A flower blight of Euphorbia milii caused by Amphobotrytis ricini

R. T. McMillan, Jr., L. I. Acosta, W. R. Graves


The purpose of this study was to confirm whether or not Amphobotrytis ricini was a pathological agent on Euphorbia milii by following the guidelines of Koch's postulates. It was hypothesized that A. ricini does infect E. milii, as it has been found on other plants of the Euphorbia genus. Lesions with few to many brownish specks on expanding petals en-large until the whole flower turns brown and drops. Cultured Amphobotrytis ricini on potato dextrose agar is characterized by elongated Sclerotia usually 3-9 mm. long and occasionally up to 2.5 cm. The conidiophores were much branched, dichotomously with spherical, 6-12 (mostly 7-1 Oji) diameter conidia and consistently isolated from diseased tissue plated on cornmeal agar. In initial tests, fully opened flowers were inoculated by dipping a cotton swab into a conidia rich A. ricini culture that was cultured on potato dextrose agar. Inoculated and noninoculated flowering plants were placed in plastic bags and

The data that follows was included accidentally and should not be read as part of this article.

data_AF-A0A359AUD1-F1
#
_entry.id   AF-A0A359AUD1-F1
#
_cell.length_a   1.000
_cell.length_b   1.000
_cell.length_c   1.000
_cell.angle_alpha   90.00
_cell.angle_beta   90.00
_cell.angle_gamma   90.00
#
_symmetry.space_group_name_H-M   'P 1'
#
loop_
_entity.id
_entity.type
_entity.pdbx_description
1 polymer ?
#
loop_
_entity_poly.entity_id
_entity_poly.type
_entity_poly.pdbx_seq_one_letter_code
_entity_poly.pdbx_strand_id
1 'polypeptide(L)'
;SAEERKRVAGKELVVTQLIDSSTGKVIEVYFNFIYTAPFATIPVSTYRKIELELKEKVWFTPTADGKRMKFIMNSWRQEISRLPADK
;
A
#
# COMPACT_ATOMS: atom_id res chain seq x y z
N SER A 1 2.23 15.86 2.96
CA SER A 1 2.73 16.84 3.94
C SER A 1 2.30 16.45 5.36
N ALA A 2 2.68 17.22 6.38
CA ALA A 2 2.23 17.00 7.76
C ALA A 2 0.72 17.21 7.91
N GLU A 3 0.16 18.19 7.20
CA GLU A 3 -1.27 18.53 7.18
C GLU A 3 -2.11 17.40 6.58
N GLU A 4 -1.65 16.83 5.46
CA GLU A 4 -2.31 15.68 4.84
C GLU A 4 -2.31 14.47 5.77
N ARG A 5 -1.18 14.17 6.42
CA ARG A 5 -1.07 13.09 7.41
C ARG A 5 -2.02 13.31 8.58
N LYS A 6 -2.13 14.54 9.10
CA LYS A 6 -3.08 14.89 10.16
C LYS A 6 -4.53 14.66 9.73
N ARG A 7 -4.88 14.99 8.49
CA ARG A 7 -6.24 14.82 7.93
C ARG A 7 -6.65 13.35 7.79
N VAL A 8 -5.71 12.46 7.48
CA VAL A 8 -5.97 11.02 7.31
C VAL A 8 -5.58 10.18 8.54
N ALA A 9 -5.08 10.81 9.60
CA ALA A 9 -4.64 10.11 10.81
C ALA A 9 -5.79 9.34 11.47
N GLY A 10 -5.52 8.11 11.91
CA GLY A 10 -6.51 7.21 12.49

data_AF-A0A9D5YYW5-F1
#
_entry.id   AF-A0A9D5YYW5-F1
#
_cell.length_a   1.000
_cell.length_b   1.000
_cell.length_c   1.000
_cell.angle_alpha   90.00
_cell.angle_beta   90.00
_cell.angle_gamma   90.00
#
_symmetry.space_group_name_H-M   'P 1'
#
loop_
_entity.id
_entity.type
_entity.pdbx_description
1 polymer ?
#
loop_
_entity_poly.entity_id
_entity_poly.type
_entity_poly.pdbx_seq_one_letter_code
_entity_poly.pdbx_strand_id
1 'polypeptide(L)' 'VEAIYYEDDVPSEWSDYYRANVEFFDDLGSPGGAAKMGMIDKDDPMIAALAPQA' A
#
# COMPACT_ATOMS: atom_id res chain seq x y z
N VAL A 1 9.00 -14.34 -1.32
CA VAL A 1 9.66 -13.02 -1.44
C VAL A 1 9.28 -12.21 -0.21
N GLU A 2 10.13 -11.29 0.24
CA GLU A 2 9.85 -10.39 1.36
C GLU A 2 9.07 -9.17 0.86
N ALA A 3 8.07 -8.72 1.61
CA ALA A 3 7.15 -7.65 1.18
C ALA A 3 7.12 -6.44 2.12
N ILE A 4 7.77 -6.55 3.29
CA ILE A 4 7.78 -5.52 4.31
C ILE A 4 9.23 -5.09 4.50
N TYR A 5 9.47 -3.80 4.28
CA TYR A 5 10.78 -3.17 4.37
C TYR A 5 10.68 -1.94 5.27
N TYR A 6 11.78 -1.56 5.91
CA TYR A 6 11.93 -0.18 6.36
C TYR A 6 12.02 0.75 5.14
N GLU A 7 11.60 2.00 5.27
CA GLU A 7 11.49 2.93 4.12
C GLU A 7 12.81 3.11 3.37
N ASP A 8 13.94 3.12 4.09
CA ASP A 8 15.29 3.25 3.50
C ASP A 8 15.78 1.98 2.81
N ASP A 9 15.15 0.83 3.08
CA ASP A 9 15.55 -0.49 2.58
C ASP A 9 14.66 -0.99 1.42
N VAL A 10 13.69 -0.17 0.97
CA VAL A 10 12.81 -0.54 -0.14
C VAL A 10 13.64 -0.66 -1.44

held at room temperature in the laboratory for 48 hrs. The in oculated and non-inoculated plants in the plastic bags were moved to a greenhouse and held at a day temperature of 27 C and a night temperature of 20 C. Each treatment consisted of five inoculated and five non-inoculated plants. After 48 hrs the plants were removed from the plastic bags and observed for flower blight symptoms. The lesions were visible within 8 days after inoculations and were over 25 mm in diameter in 10 days.

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Proc. Fla. State Hort. Soc.     ISSN 0886-7283

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